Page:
Where Is Cable TV Going?
Where Cable Television Stands Today
Cable TV has reached incredibly deep saturation in the modern developed world. People from many different cultures and backgrounds enjoy daily cable viewing habits. Many commentators argue that the growth of cable has had a salutary effect on public discourse and democratic development. In the early years of television, viewers had very few programming choices. Today, cable users have plentiful choices that are multiplying rapidly.
In some quarters, television has long been a controversial medium. Some characters built careers making trumped-up claims about the supposed dangers TV held for children. The growth of cable intensified this controversy as moralizing public figures warned that all-day programming schedules sapped family values. In actual fact, a growing body of evidence shows that supervised television viewing is quite healthy for children. Cable television provides an enormous number of edifying educational programs for kids. The best of these programs ingeniously entertain while teaching math, science and reading. Responsible producers of children's television materially aid the development of the rising generation. Of course, parental guidance is critical for safe TV viewing. After all, some TV programs are appropriate for mature audiences only.
The Future Of Cable
Contrary to the arguments of vehement critics, cable channels routinely produce programs that are educational and edifying. Collectively, these programs help audiences achieve greater scientific literacy and environmental consciousness. Now that cable television access has reached critical mass, many are wondering about the future of cable. In the long term, the cable industry faces stiff competition from online streaming video networks. As of yet, however, streaming video represents a tiny percentage of the greater video market. Even as DVD sales slow dramatically, cable television maintains a dominating position in home video viewing.
At a bare minimum, cable television should maintain this dominance for the next five to ten years. Industry analysts agree that the war for the future of television will be long and grueling. Television manufacturers will need to work with service providers to answer the developing needs of the public. Increasingly, consumers expect more cross-communication between television sets, mobile phones and other devices.
To remain relevant with younger consumers, cable firms will likely integrate their services with video game consoles and social networks. Recently, a major console maker announced a new model that will feature support for live TV input. This device will allow people to watch cable channels, play games and browse the Internet in one convenient platform. This is just one of many possible ways that cable viewing will remain culturally relevant in the years to come. In the next few years, cable industry executives should take care not to alienate consumers by obstructing technological change. As they navigate this complex process, cable companies should learn from the example of the music industry. In the first decade of this century, music companies had a difficult time coping with changes in consumer listening habits. Rather than engaging with the digital realm, companies used heavy-handed tactics and showed an inability to evolve. As a result of these draconian measures, the industry experienced poor publicity and shrinking revenues. The cable industry will have to show great adaptability to avoid a similar fate.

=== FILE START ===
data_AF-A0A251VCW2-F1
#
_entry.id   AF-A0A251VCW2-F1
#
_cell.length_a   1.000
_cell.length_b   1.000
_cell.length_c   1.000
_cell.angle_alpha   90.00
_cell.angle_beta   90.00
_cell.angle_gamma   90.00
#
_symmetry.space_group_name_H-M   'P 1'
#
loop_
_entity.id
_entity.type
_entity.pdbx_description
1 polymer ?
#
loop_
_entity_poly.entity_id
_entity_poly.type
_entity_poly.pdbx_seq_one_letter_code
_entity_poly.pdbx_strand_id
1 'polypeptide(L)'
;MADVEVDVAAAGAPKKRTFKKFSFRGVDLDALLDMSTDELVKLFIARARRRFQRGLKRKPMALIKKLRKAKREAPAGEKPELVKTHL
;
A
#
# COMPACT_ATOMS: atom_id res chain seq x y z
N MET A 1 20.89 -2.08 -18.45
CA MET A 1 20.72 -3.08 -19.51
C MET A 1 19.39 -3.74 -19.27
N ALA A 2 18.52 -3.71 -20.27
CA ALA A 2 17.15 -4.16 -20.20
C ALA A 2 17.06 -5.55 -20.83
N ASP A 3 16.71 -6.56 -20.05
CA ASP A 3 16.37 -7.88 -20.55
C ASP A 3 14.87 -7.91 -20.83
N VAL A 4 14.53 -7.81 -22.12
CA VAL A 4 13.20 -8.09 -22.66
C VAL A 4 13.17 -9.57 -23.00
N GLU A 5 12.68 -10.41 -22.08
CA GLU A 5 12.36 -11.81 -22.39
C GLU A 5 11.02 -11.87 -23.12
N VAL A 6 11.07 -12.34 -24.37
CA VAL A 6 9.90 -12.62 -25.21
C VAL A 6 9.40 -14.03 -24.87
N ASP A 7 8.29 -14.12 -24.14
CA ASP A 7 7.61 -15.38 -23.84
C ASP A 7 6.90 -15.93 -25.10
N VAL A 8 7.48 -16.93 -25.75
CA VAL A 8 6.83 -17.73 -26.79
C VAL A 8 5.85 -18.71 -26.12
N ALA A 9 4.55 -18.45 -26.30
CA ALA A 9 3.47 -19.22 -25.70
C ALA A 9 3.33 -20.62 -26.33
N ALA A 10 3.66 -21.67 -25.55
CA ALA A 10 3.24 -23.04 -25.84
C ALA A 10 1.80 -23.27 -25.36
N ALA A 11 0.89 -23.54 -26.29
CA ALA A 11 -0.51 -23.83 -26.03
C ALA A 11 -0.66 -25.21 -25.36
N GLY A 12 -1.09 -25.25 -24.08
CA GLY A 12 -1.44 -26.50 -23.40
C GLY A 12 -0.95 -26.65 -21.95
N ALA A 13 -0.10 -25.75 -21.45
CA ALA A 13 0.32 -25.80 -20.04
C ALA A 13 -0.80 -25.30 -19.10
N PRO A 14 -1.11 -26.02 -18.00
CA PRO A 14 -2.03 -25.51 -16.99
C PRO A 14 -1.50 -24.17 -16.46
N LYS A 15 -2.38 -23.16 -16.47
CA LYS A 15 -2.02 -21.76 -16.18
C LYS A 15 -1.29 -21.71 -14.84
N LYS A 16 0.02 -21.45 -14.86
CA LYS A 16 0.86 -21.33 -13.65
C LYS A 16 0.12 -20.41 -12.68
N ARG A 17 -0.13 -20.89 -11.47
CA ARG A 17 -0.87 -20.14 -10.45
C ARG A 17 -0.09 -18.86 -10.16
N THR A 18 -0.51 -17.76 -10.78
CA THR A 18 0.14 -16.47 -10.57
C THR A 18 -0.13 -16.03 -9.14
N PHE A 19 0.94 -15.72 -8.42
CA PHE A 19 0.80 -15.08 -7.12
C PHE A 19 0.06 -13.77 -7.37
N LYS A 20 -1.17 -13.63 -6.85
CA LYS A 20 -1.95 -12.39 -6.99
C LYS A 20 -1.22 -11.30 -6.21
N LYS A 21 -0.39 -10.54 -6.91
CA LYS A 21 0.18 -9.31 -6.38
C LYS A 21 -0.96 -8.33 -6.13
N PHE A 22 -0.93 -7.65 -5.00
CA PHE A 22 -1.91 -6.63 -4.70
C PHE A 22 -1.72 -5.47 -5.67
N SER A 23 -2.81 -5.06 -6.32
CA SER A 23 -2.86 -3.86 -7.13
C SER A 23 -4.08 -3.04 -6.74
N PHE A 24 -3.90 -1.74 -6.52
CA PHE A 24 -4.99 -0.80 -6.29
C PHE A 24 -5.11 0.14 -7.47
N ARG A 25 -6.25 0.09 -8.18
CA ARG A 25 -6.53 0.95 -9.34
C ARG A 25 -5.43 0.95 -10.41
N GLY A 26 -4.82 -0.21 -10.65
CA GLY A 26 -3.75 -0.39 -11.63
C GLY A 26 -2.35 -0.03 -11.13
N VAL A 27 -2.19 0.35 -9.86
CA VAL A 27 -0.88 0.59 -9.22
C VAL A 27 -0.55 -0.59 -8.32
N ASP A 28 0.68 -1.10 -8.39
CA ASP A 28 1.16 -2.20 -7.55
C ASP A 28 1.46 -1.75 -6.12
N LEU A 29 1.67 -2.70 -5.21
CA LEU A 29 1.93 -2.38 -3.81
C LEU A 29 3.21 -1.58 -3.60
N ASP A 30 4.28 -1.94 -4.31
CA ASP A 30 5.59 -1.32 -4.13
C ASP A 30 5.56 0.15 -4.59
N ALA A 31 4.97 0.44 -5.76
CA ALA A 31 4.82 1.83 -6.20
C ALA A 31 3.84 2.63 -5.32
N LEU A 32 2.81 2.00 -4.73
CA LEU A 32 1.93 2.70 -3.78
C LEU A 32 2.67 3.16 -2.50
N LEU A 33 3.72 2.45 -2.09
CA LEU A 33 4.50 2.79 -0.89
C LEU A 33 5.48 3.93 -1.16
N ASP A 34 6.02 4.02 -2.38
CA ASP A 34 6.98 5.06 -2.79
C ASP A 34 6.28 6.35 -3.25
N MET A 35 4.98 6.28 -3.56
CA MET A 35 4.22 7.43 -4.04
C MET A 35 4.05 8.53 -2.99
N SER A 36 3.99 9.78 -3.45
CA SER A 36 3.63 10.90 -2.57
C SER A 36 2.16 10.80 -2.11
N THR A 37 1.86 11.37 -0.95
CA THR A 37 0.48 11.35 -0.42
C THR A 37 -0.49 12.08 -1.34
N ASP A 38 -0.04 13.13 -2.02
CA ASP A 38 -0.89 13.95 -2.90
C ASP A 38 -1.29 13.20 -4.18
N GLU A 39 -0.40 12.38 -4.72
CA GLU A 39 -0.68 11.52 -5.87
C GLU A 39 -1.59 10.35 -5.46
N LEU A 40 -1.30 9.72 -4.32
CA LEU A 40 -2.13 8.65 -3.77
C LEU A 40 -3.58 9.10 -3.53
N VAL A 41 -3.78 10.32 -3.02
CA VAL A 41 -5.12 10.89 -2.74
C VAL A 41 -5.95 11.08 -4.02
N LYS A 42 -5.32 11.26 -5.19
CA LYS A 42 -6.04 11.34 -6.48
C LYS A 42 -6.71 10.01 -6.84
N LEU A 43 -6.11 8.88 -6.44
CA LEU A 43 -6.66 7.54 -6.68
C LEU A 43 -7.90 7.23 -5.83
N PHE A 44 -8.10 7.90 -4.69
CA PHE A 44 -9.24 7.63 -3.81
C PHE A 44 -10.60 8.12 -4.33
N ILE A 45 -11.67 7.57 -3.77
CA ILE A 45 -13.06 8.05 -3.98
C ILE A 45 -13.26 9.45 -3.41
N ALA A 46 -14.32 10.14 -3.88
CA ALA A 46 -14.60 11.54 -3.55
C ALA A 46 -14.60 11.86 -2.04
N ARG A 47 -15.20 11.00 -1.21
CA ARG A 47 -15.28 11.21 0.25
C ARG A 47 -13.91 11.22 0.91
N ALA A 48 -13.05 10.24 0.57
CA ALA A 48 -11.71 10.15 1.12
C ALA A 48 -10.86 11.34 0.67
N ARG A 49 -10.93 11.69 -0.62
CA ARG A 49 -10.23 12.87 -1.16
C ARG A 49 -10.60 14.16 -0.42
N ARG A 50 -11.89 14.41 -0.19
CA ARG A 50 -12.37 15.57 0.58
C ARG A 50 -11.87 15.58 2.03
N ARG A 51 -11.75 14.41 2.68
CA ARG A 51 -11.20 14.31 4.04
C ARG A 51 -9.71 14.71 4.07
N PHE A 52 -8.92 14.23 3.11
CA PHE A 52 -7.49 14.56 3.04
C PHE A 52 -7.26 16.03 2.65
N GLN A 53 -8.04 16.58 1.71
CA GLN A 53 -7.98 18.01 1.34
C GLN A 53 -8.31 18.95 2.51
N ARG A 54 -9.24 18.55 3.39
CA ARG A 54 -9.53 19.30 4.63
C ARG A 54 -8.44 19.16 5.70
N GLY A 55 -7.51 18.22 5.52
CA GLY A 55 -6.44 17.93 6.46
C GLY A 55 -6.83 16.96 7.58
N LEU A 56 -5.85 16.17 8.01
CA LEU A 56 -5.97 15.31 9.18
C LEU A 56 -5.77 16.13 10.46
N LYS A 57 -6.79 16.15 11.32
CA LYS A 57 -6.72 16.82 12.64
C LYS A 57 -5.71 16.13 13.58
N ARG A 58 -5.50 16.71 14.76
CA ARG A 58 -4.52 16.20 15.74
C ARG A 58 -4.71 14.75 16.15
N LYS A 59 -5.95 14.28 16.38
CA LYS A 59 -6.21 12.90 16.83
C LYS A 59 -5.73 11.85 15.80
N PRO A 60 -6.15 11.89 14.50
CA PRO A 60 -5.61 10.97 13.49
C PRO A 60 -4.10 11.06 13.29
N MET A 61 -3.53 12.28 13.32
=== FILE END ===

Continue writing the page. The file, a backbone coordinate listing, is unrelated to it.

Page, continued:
Integrating Cable TV With Other Technologies
Forward-thinking cable providers are already tapping into the public's ongoing mania with smart phone apps. Currently, many cable viewers use apps to control their TV watching experiences. Though competition is healthy, overly heated conflicts between cable companies may limit the growth of technology integration. Realistically, television giants will need to work with competing corporations to promulgate exciting new interfaces and technologies.
Viewers Increasingly Demand More Choices
To cement their powerful share of the market, cable companies will have to focus on providing more channels and more quality programming. As traditional television networks lose relevance, viewers are gravitating towards specialized cable channels serving niche interests. It is impossible to perfectly predict the future of the cable viewing experience. However, one can safely argue that cable user interfaces will need greater speed and diversity. In past decades, consumers had far fewer media options. In those days, the cable industry could get away with sluggish, unimaginative interfaces. Today, consumers expect fast, intuitive access to their favorite programs.
If cable company stock prices are any indication, these powerful media corporations are well-positioned for success. With confident assurance, countless investors are betting on the continued health of this industry. The biggest cable providers boast market capitalizations well beyond $50 billion. These influential companies have more than enough resources to develop solutions in the face of evolving competition. While their current positions are secure, cable companies will need to stay nimble to deal with unpredictable challenges.